Note: The image scaling problem mentioned here refers to the scaling that will be performed when the image is loaded into the memory. In addition, many widgets are scaled again when using images. Of course, Android also provides a way to disable widget scaling. For example, the most common ImageView class can disable scaling by setting the scaleType attribute to "center", or set the width and height of the ImageView to "wrap_content ". However, it should be clear that the image view is not scaled, and the image is still scaled by the system during image loading. Many developers are confused here, after the Widget is set to prohibit zooming, the display effect will be the same as that of the source image. After a long time, I don't know what the problem is.

If the widget is in use, it also scales the image. The principle is to scale each image by an integer multiple. Note that in many cases, the layout of the UI will fill the entire screen with the width of the UI. However, many devices with the same dpi and size may have slightly different screen resolutions. In this way, some devices may look perfect if they are scaled Based on the screen width, some devices are still not properly aligned. In this case, if you want to achieve the best effect, you can only calculate an optimal width dynamically based on dpi and screen width. This requires that the screen be fully occupied as much as possible, make the scaling conform to the ratio. However, this is too troublesome, and it may not be possible to have such a perfect value in all circumstances. The best way is to avoid this problem from the uidesign after understanding the problem. Therefore, similar problems do not have a permanent solution. We need to adjust the solution based on the actual situation.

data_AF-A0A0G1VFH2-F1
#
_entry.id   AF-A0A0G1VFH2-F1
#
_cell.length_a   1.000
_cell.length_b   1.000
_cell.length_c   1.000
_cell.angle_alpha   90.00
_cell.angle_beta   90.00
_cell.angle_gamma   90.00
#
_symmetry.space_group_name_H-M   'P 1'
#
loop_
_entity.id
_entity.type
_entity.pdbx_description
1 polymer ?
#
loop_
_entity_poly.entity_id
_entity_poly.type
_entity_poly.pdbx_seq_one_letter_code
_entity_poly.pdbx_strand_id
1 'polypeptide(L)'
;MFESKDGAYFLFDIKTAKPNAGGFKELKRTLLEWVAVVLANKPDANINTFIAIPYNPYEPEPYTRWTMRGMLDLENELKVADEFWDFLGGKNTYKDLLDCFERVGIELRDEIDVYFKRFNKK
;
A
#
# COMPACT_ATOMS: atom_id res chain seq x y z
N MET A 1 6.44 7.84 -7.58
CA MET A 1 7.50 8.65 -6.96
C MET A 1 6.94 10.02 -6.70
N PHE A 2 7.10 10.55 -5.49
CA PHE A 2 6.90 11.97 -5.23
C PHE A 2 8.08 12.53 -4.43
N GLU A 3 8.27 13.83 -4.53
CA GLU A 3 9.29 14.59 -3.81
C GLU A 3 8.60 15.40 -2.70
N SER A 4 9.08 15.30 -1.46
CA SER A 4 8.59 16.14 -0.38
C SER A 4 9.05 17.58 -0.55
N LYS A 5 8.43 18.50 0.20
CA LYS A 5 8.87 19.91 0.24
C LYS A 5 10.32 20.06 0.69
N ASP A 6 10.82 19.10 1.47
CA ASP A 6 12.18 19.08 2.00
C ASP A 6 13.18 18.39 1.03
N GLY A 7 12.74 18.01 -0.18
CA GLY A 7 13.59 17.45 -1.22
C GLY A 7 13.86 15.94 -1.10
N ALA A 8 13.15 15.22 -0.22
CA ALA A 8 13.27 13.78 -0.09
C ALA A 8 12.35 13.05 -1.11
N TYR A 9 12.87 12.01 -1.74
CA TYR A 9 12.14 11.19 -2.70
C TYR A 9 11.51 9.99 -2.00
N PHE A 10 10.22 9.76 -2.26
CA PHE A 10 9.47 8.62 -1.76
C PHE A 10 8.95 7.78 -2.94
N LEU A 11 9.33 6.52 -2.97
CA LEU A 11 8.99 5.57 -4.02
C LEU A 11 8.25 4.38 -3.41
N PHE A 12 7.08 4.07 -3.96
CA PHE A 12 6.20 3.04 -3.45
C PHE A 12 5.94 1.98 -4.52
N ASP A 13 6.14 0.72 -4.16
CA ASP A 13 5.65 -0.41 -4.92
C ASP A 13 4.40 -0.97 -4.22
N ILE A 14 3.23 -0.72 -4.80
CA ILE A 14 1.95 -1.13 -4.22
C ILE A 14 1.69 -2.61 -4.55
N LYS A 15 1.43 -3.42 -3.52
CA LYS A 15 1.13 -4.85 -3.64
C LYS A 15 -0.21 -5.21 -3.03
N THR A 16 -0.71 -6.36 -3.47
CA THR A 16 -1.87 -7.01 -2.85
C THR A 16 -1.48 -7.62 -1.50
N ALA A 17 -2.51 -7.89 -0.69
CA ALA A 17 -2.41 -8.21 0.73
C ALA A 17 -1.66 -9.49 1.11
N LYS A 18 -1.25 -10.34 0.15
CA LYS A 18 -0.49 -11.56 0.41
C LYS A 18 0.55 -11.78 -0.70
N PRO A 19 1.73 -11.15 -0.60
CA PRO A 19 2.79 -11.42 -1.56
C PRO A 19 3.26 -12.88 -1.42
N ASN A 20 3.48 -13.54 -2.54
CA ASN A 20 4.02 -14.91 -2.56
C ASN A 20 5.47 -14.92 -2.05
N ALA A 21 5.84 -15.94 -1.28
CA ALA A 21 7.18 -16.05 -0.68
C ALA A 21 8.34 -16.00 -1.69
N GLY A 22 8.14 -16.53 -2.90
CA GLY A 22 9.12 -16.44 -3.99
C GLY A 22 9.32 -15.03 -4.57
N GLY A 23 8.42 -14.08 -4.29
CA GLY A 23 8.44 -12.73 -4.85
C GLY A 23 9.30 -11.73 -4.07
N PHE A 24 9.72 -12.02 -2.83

2. NinePatch Image Scaling

NinePatch is a special image format defined in Android. It marks the edge of a normal image and divides it into nine parts. As follows:

When scaling a NinePatch image, the angle values of 1, 3, 7, and 9 remain unchanged. Horizontal scaling of Area 2 and Area 8, vertical scaling of Area 4 and Area 6, and full scaling of Area 5.

However, the biggest misunderstanding of the NinePath image is that the four corners of NinePatch are never scaled. Unless the image is placed in the directory drawable-nodpi or on a device running the same dpi, the NinePath image is scaled according to the ratio of dpi when loaded into the memory. When the four corners are not scaled, the size of the four corners is no longer changed after the four corners are loaded into the memory and then called to scale. Therefore, when creating a NinePathc image with rounded corners, we should note that the size of the four corners must comply with the rules described above. The pixel size of the four corners is determined based on the dpi of the directory.

3. Specify Density for the image

Android scales the Image Based on the dpi of the current device. We can also call setDensity () and setTargetDesnsity () in the Bitmap class or BitmapDrawable class to change the scaling ratio of an image.

Publicfinal class Bitmap implements Parcelable {

Public void setDensity (intdensity );



Publicclass BitmapDrawable extends Drawable {

Public void setTargetDensity (intdensity );



After the two methods are called, the image is scaled according to the specified density instead of the default density.